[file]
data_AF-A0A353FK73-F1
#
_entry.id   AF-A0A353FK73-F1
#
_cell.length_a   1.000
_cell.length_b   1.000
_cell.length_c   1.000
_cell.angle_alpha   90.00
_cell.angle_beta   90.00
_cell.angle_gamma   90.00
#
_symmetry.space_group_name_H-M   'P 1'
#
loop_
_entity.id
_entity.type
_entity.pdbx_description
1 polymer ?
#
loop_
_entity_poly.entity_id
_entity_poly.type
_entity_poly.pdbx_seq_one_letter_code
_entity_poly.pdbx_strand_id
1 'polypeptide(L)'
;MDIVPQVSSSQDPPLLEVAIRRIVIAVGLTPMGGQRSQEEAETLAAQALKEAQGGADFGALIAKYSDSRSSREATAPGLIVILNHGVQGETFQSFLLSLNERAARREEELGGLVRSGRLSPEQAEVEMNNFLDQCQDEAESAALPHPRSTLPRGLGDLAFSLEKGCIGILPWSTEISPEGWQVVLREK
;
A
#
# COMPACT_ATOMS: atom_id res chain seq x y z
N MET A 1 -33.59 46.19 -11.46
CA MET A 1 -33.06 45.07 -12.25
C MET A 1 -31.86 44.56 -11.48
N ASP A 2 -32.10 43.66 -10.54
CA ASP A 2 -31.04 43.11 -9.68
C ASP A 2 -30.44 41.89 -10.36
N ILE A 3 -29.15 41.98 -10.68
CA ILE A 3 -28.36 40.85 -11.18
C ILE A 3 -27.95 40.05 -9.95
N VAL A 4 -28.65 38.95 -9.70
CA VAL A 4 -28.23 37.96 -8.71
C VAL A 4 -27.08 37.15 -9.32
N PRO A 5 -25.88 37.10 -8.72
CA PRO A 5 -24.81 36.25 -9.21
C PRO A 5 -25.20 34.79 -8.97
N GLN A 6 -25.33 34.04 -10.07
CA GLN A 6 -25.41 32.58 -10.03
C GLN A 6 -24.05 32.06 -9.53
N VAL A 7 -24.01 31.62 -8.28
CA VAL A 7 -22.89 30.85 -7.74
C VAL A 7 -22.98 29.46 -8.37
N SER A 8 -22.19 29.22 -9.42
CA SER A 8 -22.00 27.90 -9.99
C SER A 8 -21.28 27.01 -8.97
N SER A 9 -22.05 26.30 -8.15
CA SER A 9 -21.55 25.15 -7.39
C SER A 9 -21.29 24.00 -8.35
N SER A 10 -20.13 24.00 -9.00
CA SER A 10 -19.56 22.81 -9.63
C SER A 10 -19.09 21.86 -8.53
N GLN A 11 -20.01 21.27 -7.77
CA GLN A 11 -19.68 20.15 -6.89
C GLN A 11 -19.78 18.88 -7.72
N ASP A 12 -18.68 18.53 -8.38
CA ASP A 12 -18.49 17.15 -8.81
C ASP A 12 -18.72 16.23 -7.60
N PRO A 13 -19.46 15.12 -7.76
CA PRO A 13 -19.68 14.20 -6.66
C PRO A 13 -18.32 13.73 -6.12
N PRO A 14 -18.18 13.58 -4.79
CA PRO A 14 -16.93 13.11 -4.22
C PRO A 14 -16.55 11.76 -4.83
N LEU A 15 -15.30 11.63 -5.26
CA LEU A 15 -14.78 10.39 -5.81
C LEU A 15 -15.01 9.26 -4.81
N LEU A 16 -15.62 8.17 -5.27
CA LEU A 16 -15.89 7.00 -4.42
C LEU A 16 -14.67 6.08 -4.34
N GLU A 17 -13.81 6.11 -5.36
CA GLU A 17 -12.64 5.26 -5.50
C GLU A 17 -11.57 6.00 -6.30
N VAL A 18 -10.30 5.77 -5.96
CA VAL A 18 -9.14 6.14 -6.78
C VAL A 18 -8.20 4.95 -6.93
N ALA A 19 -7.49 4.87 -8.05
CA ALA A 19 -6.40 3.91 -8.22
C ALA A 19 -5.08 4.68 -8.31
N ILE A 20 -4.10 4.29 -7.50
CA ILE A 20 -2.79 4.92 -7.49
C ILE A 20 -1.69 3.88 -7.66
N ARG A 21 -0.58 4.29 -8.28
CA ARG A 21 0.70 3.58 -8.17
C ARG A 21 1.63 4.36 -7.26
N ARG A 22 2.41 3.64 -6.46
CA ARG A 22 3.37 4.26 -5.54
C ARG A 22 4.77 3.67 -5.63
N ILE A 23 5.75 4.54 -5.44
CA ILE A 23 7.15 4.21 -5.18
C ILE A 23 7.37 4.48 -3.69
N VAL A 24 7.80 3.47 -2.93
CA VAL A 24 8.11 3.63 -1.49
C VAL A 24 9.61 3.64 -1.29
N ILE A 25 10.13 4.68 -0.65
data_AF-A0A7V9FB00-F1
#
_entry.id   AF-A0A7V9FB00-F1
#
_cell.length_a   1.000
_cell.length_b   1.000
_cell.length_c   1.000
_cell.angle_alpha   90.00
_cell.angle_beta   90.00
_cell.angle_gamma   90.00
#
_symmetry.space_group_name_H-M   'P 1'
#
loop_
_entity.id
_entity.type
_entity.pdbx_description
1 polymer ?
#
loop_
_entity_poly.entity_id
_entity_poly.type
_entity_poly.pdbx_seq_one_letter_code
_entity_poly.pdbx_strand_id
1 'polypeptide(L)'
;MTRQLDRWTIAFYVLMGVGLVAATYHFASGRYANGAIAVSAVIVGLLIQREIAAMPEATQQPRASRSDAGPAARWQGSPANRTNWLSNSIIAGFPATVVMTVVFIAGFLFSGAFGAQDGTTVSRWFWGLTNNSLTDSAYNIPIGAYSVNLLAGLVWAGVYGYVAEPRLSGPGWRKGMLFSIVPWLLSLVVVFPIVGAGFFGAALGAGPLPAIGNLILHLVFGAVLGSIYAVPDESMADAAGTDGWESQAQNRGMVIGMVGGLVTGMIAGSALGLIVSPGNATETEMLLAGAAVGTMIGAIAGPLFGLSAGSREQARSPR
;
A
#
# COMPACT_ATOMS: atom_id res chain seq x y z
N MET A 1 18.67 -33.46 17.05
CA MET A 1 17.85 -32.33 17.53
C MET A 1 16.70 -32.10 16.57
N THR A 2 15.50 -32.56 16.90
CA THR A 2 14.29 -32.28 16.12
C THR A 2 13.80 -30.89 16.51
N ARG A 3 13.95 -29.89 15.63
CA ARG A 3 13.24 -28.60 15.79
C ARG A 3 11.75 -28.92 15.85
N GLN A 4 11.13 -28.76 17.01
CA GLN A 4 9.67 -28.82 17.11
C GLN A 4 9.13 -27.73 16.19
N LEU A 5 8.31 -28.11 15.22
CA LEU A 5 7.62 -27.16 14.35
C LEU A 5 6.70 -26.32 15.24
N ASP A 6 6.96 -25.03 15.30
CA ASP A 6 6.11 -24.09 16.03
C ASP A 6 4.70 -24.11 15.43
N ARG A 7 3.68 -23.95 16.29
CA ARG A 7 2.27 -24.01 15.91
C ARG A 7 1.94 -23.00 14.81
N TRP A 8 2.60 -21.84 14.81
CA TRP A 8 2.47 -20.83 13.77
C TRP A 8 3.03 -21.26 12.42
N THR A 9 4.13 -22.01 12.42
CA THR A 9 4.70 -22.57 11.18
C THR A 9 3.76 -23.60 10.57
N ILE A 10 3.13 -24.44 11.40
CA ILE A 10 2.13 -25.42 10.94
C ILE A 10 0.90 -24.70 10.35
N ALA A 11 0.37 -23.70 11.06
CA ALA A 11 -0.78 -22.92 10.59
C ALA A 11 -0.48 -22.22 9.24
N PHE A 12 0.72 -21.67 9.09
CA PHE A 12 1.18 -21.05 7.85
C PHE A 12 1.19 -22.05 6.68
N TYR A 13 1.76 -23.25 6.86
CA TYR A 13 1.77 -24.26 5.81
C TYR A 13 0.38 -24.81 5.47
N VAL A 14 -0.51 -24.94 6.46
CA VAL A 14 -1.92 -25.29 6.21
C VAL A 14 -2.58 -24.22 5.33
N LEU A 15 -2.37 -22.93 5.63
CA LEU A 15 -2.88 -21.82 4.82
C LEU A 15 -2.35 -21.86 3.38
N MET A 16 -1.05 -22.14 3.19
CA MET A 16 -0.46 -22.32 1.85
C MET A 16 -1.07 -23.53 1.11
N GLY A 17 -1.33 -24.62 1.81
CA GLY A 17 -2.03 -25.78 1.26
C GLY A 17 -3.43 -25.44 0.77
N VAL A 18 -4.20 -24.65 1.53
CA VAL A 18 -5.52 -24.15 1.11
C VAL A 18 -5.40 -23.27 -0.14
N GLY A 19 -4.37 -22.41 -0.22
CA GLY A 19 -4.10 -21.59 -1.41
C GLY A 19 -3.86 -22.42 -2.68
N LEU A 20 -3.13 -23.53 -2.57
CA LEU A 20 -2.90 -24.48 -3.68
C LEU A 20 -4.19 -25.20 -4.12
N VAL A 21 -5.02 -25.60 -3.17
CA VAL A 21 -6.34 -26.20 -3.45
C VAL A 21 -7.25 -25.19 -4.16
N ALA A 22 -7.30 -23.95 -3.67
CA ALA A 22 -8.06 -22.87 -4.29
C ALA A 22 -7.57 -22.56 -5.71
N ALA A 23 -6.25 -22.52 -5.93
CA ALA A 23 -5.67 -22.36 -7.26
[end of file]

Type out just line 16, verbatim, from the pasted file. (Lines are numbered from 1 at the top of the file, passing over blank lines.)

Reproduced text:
_entity.type